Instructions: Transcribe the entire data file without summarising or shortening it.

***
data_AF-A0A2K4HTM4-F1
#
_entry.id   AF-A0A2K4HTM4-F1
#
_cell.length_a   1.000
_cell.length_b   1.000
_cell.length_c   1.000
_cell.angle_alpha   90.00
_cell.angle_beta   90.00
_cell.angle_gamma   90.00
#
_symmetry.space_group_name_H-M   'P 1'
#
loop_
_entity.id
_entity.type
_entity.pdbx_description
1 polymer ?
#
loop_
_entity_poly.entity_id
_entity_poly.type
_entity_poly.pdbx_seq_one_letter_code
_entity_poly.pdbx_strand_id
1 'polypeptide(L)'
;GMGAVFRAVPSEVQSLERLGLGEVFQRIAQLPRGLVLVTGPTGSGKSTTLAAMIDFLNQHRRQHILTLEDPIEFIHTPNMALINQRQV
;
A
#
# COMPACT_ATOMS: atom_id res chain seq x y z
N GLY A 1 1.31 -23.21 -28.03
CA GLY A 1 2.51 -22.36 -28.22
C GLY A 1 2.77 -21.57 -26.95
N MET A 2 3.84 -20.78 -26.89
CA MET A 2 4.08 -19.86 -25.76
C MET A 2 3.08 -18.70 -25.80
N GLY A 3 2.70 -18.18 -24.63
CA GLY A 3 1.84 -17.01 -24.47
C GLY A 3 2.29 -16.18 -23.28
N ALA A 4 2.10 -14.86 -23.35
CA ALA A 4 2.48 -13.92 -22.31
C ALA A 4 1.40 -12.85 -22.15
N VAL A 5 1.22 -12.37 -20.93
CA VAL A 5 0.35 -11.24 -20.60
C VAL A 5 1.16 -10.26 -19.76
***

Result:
data_AF-A0A2K4HTM4-F1
#
_entry.id   AF-A0A2K4HTM4-F1
#
_cell.length_a   1.000
_cell.length_b   1.000
_cell.length_c   1.000
_cell.angle_alpha   90.00
_cell.angle_beta   90.00
_cell.angle_gamma   90.00
#
_symmetry.space_group_name_H-M   'P 1'
#
loop_
_entity.id
_entity.type
_entity.pdbx_description
1 polymer ?
#
loop_
_entity_poly.entity_id
_entity_poly.type
_entity_poly.pdbx_seq_one_letter_code
_entity_poly.pdbx_strand_id
1 'polypeptide(L)'
;GMGAVFRAVPSEVQSLERLGLGEVFQRIAQLPRGLVLVTGPTGSGKSTTLAAMIDFLNQHRRQHILTLEDPIEFIHTPNMALINQRQV
;
A
#
# COMPACT_ATOMS: atom_id res chain seq x y z
N GLY A 1 1.31 -23.21 -28.03
CA GLY A 1 2.51 -22.36 -28.22
C GLY A 1 2.77 -21.57 -26.95
N MET A 2 3.84 -20.78 -26.89
CA MET A 2 4.08 -19.86 -25.76
C MET A 2 3.08 -18.70 -25.80
N GLY A 3 2.70 -18.18 -24.63
CA GLY A 3 1.84 -17.01 -24.47
C GLY A 3 2.29 -16.18 -23.28
N ALA A 4 2.10 -14.86 -23.35
CA ALA A 4 2.48 -13.92 -22.31
C ALA A 4 1.40 -12.85 -22.15
N VAL A 5 1.22 -12.37 -20.93
CA VAL A 5 0.35 -11.24 -20.60
C VAL A 5 1.16 -10.26 -19.76